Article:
Seasonal Affective Disorder: more than just SAD



Desiree Hausman, News writer

Loss of interest in normal everyday activity and daytime sleepiness, along with feelings of irritability, despair, guilt and worthlessness, are common symptoms
of Seasonal Affective Disorder (SAD), mostly commonly know as seasonal depression.

SAD is different from everyday depression because it is a mood disorder characterized by depression that occurs at the same time every year, mostly in climates where there is less sunlight at certain times of the

year or has shorter days. Although, it can still affect people during the summer months.

Science teacher Addison Krebs said, “I typically started to feel the effects around fall when the days started to get much shorter, when it gets darker earlier, and when it started to get colder as well.”

Reed Swartzbaugh, 11, believes he starts to feel the effects when it starts to snow.

SAD is four times more common
in women than in men. While some children and teenagers get SAD, it usually does not occur in people younger than the age of 20. A person’s chance of experiencing SAD decreases with age. SAD is also more common in northern geographic locations because daylight decreases during winter.

SAD can take up energy, intensify carb cravings, and leave a person in a sad and irritable mood for months on end.

“[It makes] me less focused in class in general and makes it harder to come home and do homework,” said Swartzbaugh.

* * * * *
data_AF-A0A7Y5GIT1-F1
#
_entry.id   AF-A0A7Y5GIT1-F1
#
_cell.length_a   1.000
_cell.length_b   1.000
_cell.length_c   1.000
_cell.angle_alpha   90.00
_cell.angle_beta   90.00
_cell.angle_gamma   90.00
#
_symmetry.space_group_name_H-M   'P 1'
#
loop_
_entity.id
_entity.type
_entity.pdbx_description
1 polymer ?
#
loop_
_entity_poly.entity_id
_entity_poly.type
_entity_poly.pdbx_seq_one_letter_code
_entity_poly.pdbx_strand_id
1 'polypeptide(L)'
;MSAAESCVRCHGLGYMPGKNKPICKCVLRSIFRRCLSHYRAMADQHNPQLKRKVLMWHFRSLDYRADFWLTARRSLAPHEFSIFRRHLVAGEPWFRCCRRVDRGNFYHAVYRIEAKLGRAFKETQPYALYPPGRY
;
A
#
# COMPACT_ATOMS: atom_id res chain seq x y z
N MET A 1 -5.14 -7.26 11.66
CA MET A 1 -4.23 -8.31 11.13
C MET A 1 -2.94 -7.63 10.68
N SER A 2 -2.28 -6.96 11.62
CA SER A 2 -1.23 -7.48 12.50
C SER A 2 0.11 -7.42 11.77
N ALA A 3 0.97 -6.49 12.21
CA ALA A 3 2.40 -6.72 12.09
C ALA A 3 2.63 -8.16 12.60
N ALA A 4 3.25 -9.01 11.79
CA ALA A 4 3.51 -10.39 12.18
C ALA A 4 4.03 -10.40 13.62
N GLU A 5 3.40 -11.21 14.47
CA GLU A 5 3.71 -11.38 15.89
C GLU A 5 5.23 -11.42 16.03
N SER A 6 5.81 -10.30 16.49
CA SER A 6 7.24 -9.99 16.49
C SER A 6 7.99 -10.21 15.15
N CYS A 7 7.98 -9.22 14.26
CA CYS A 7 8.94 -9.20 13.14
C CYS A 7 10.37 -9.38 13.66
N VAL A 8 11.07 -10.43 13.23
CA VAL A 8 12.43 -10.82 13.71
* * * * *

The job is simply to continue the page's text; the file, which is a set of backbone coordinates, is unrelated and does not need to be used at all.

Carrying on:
Ways to treat SAD, according to the National Institute of Mental Health, are light therapy, psychotherapy, antidepressant medications and vitamin D supplements.


Light therapy aims to expose people with SAD to bright light every

day to make up for the diminished natural sunshine in the darker months. A person will sit in front of a bright light box every day for about 30 to 45 minutes, usually first thing in the morning, from fall to spring.

Psychotherapy is to help people learn how to work through difficult situations. Treatment is normally occurs in twice weekly group sessions for six weeks and it focuses on pushing away peoples negative thoughts and turning them into positive thoughts. There is also a process called behavioral activation, which is when people schedule activities to put action first, encourage pleasant emotions and increase motivation.

Antidepressant medication, called selective serotonin reuptake inhibitors, are also used to treat SAD like it does for other types of depression. People with SAD use vitamin D, which is a supplement people take to provide calcium and phosphorus, helping to replace what the sun gives to people in the summertime that the wintertime does allow.

Everyone deals with their depression in their own way.

“For me it’s just taking time for myself, trying to get outside when

I can when it is daylight outside, trying to keep my emotions in check throughout the winter,” said Krebs.

A way to prevent SAD is to start the treatments that are listed above before the fall to help prevent or reduce depression. Light therapy has a high success rate of 60 or 80 percent, according to the ScienceLine.

Psychotherapy helps 75 percent of people according to American Psychiatric Association. If people
do start treatment before they feel the effects of SAD, according to The National Institute of Mental Health, people may experience less severe symptoms. Treatment may not prevent seasonal depression entirely.

Krebs’ coping mechanisms are his friends. He talks to them about SAD.

“I have tried many different coping mechanisms, one that seems to work is giving myself time limits for doing things,” said Swartzbaugh.